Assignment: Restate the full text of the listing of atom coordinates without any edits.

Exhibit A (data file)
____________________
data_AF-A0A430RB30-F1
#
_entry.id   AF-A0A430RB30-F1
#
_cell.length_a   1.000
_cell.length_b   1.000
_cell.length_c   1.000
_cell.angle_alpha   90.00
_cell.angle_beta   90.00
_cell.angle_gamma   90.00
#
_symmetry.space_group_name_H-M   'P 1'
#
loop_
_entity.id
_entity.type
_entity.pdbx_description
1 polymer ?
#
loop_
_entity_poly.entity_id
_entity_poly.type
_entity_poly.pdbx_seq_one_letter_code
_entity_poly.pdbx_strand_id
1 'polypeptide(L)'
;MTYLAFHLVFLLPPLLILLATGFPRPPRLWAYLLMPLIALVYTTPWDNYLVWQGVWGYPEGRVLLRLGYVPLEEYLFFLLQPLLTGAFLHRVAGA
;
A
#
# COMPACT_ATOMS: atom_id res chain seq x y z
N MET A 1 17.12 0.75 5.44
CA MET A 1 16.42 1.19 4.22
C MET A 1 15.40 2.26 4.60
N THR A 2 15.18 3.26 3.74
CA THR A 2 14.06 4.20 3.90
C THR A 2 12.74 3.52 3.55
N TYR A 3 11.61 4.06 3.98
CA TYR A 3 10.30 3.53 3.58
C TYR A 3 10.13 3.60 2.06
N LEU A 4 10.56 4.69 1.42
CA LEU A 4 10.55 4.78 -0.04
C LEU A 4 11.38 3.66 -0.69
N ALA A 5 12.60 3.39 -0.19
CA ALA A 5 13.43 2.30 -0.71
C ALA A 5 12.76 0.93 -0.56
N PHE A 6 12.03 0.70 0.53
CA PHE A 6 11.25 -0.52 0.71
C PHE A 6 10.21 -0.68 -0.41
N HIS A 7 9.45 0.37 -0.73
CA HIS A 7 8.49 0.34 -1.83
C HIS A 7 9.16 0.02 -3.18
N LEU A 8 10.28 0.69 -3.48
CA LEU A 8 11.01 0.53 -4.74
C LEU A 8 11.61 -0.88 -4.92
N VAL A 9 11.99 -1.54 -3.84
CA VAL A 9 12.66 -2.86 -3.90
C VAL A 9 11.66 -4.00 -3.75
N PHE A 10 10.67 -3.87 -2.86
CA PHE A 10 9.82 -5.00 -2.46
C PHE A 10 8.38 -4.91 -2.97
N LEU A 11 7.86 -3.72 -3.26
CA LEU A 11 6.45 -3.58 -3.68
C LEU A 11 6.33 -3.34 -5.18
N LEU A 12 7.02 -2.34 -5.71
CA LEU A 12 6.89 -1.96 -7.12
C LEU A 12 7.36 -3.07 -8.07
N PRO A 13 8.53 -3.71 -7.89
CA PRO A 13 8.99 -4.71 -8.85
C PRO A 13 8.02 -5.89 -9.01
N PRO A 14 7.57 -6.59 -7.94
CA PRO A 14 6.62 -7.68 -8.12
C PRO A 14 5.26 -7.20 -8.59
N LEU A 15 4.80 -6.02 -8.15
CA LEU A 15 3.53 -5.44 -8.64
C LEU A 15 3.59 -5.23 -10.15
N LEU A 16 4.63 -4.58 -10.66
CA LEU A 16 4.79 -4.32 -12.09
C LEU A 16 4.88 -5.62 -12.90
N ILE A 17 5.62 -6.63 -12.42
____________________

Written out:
data_AF-A0A430RB30-F1
#
_entry.id   AF-A0A430RB30-F1
#
_cell.length_a   1.000
_cell.length_b   1.000
_cell.length_c   1.000
_cell.angle_alpha   90.00
_cell.angle_beta   90.00
_cell.angle_gamma   90.00
#
_symmetry.space_group_name_H-M   'P 1'
#
loop_
_entity.id
_entity.type
_entity.pdbx_description
1 polymer ?
#
loop_
_entity_poly.entity_id
_entity_poly.type
_entity_poly.pdbx_seq_one_letter_code
_entity_poly.pdbx_strand_id
1 'polypeptide(L)'
;MTYLAFHLVFLLPPLLILLATGFPRPPRLWAYLLMPLIALVYTTPWDNYLVWQGVWGYPEGRVLLRLGYVPLEEYLFFLLQPLLTGAFLHRVAGA
;
A
#
# COMPACT_ATOMS: atom_id res chain seq x y z
N MET A 1 17.12 0.75 5.44
CA MET A 1 16.42 1.19 4.22
C MET A 1 15.40 2.26 4.60
N THR A 2 15.18 3.26 3.74
CA THR A 2 14.06 4.20 3.90
C THR A 2 12.74 3.52 3.55
N TYR A 3 11.61 4.06 3.98
CA TYR A 3 10.30 3.53 3.58
C TYR A 3 10.13 3.60 2.06
N LEU A 4 10.56 4.69 1.42
CA LEU A 4 10.55 4.78 -0.04
C LEU A 4 11.38 3.66 -0.69
N ALA A 5 12.60 3.39 -0.19
CA ALA A 5 13.43 2.30 -0.71
C ALA A 5 12.76 0.93 -0.56
N PHE A 6 12.03 0.70 0.53
CA PHE A 6 11.25 -0.52 0.71
C PHE A 6 10.21 -0.68 -0.41
N HIS A 7 9.45 0.37 -0.73
CA HIS A 7 8.49 0.34 -1.83
C HIS A 7 9.16 0.02 -3.18
N LEU A 8 10.28 0.69 -3.48
CA LEU A 8 11.01 0.53 -4.74
C LEU A 8 11.61 -0.88 -4.92
N VAL A 9 11.99 -1.54 -3.84
CA VAL A 9 12.66 -2.86 -3.90
C VAL A 9 11.66 -4.00 -3.75
N PHE A 10 10.67 -3.87 -2.86
CA PHE A 10 9.82 -5.00 -2.46
C PHE A 10 8.38 -4.91 -2.97
N LEU A 11 7.86 -3.72 -3.26
CA LEU A 11 6.45 -3.58 -3.68
C LEU A 11 6.33 -3.34 -5.18
N LEU A 12 7.02 -2.34 -5.71
CA LEU A 12 6.89 -1.96 -7.12
C LEU A 12 7.36 -3.07 -8.07
N PRO A 13 8.53 -3.71 -7.89
CA PRO A 13 8.99 -4.71 -8.85
C PRO A 13 8.02 -5.89 -9.01
N PRO A 14 7.57 -6.59 -7.94
CA PRO A 14 6.62 -7.68 -8.12
C PRO A 14 5.26 -7.20 -8.59
N LEU A 15 4.80 -6.02 -8.15
CA LEU A 15 3.53 -5.44 -8.64
C LEU A 15 3.59 -5.23 -10.15
N LEU A 16 4.63 -4.58 -10.66
CA LEU A 16 4.79 -4.32 -12.09
C LEU A 16 4.88 -5.62 -12.90
N ILE A 17 5.62 -6.63 -12.42